Samsung 860 PRO 1TB MLC SATA 2.5″ SSD
Samsung 840 PRO 128 GB MLC SATA 2.5″ SSD
Crucial BX500 480GB TLC SATA 2.5″ SSD


Windows 10 PRO x64 Version 1803 OS Build 17134.165
HD Tune Pro v5.00
ATTO v3.05
Crystal Disk Mark v6.0.0
Anvil Storage Utilities v1.1.0


Testing and Results


We start with Crystal Disk Mark – this one is designed to quickly test the performance of your drives. The program supports four tests: “Seq Q32T1″ (sequential read/ write with multiple threads and queues), “4K Q32T1″ (random read/ write with multiple threads and queues), “Seq” (sequential read/ write with a single queue and thread) and “4K” (random read/ write with a single queue and thread).


We see the full advertised theoretical number speeds. For a better overall perspective, have a look here for the main sequential read and write with multiple threads and ques when compared to our other test subjects.



Next up is HD Tune Pro – which is a hard disk / SSD utility with many functions. It can be used to measure the drive’s performance, scan for errors, check the health status (S.M.A.R.T.), securely erase all data and much more.


Here we have have a look at the Read Random Access speeds and IOPS.


Then let’s take Anvil’s Storage Utilities – which is a powerful tool that was designed in order to provide you with a simple means of assessing the read and writer performance of your Solid State Drive or Hard Disk Drive. The benchmark tool helps you monitor and check the response time of your unit as well as view the system information collected using Windows Management Instrumentation (WMI).


It gives us a total performance index score.


To conclude the synthetic tests, ATTO – is another performance measurement tool to test any manufacturers RAID controllers, storage controllers, host bus adapters (HBAs), hard drives and SSD drives.


We have a look at the 1MB read and write tests.


Now for the file transfer tests. Considering the fact that we know that the Crucial P1 has a very big cache (up to 100 GB), this was the most important test, to see what happens to the QLC cells when the cache fills up.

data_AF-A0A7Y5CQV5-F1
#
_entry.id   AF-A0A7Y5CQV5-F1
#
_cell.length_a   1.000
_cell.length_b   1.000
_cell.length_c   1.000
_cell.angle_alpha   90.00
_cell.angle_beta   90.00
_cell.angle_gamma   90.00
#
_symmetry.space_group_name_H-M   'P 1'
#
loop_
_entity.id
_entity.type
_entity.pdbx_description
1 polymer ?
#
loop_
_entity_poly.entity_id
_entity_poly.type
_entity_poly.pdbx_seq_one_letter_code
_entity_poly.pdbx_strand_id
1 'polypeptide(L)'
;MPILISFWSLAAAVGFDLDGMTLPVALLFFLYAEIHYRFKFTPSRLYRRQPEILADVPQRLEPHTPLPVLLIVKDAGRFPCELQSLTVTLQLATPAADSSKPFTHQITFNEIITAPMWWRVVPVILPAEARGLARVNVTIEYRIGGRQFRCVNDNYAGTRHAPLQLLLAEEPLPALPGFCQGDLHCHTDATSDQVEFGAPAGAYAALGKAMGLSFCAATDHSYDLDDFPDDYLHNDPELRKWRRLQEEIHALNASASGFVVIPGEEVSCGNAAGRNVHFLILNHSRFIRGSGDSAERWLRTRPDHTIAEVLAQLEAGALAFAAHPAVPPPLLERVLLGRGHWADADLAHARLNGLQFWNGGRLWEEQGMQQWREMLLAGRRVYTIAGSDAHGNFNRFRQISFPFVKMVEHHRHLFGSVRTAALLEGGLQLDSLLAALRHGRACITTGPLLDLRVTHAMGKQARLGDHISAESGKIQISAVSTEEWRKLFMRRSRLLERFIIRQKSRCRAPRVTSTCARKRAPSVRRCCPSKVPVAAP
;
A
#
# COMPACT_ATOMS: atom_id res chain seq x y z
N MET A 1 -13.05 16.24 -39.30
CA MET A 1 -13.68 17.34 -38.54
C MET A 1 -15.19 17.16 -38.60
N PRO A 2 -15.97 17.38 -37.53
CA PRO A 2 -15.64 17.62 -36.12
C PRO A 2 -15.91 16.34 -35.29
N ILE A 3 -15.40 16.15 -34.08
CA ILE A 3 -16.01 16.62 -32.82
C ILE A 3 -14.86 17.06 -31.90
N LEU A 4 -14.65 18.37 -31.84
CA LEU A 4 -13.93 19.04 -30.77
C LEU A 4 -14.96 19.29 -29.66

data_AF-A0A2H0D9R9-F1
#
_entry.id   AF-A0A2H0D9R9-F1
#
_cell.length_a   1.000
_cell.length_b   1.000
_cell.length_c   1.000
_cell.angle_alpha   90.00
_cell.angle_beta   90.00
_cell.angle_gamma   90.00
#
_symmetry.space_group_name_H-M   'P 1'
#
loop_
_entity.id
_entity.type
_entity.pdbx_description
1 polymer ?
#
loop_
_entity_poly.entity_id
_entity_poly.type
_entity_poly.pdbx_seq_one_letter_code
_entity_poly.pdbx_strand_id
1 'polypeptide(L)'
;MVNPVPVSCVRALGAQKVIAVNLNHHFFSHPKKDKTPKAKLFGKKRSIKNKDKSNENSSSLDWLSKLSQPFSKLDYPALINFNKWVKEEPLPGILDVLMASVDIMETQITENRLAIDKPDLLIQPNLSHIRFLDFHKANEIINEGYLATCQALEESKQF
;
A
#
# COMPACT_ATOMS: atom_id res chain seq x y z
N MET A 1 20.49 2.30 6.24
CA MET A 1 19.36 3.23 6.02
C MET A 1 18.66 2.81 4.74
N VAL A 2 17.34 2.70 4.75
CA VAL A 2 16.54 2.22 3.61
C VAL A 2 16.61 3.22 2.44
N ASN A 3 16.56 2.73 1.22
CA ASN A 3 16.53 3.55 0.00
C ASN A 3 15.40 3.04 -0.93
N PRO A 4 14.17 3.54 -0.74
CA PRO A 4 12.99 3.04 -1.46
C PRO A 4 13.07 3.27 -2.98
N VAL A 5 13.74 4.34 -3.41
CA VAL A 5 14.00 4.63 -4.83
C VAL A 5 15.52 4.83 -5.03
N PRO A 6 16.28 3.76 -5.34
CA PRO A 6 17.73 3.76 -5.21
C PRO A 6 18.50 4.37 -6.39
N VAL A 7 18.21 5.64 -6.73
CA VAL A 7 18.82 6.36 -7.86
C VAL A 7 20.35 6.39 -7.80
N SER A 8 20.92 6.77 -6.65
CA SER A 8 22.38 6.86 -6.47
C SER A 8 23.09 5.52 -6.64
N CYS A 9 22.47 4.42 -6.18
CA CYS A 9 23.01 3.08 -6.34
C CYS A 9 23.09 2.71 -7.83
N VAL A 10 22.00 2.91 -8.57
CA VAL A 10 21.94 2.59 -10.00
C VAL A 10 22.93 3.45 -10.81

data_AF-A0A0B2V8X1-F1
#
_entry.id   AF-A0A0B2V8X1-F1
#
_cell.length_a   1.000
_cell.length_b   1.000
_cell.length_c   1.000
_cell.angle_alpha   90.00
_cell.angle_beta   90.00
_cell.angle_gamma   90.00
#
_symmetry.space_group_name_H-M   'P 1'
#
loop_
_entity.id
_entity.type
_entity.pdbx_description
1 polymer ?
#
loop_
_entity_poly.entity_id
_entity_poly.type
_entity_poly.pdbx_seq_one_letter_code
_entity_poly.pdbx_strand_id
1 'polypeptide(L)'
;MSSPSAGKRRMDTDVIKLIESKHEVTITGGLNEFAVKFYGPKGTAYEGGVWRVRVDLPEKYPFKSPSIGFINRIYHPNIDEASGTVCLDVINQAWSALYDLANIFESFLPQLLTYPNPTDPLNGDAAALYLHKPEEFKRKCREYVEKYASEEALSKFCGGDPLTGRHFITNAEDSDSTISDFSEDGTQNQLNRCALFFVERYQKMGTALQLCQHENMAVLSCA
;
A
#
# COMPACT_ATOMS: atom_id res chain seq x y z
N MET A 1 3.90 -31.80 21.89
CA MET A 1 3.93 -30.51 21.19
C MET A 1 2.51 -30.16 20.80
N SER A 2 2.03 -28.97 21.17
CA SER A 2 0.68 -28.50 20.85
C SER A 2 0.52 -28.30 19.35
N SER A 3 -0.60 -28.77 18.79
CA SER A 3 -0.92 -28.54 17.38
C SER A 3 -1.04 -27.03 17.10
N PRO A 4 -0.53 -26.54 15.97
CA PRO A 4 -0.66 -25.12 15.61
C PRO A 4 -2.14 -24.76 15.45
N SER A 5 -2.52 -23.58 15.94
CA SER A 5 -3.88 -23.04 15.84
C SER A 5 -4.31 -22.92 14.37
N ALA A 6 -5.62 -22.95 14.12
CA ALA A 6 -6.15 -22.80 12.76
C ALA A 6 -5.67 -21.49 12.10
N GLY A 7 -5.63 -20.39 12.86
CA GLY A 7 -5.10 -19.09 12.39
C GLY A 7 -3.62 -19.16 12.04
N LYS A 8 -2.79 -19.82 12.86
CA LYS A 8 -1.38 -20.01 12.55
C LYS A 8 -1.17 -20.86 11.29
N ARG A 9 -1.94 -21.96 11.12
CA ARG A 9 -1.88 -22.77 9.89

First, we took a 60 GB .iso file. All the way through, it maintained a little over 1200 MB/s for the writing speed which is very impressive.


Now, for the moment of truth. A transfer of 120 GB of mixed files. Even with a mixed load, it still averaged above 1 GB/s.


Finally when the cache fills up, we got barely 100 MB/s. So there you go, QLC cells will match a 7200 RPM HDD when the drives cache fills up. Mind you, in day to day real life operations, this is very unlikely to happen, only if you are actively trying to do this. Still, this is a possibility and everything is very depended on your workload and needs.





This is new technology and the scenario repeats itself as we saw before with the TLC cells when they first came out into the market. The Crucial’s P1 handles itself pretty good in most synthetic tests being toe to toe the with the Samsung 950 PRO which uses MLC cells. The 970 EVO at 2 TB is just no match for almost anything since Samsung is a clear leader in that segment.

The most important parts for us to understand is the P1 delivers what it promised, a very affordable and performing M.2 NVMe, as long as you don’t fill up the cache. Given its generous variable cache up to 100 GB for the 1 TB model, in day to day tasks you will never achieve this only if you transfer high volume of data. For that scenario, then a Samsung PRO is what you need.




Crucial is offering the P1 for a good price which performs overall really good in any scenario. Again, only as the cache isn’t filled. So far Samsung and Intel are offering QLC SSDs as well and it will be a battle of the prices mostly since Crucial’s has them priced just a few cents/pence higher than the competition. (The Crucial P1 is 22 cents per GB and the Intel 660p M.2 is 19 cents per GB for example)
The Crucial P1 is a great choice to have if you need a cheap but faster solution that the SATA SDDs coupled with the elegance of the M.2 format.

The good:

+ Excellent overall read and write speeds
+ A generous variable and big SLC cache (up 100 GB for the 1TB model)
+ Great choice when compared with SATA based SSDs
+ Single sided PCB (1TB) – perfect for slim laptops
+ Built-in notification LED
+ 5 years warranty
+ Up to a 2TB model

The bad:

– Just a little too expensive when compared to the competition
– The overall write performance goes down exponentially when the cache is filled – an inherent drawback of the new QLC cells


Glob3trotters “Great Choice” Award 4.5 out of 5


Many thanks for Crucial for supplying us this test subject !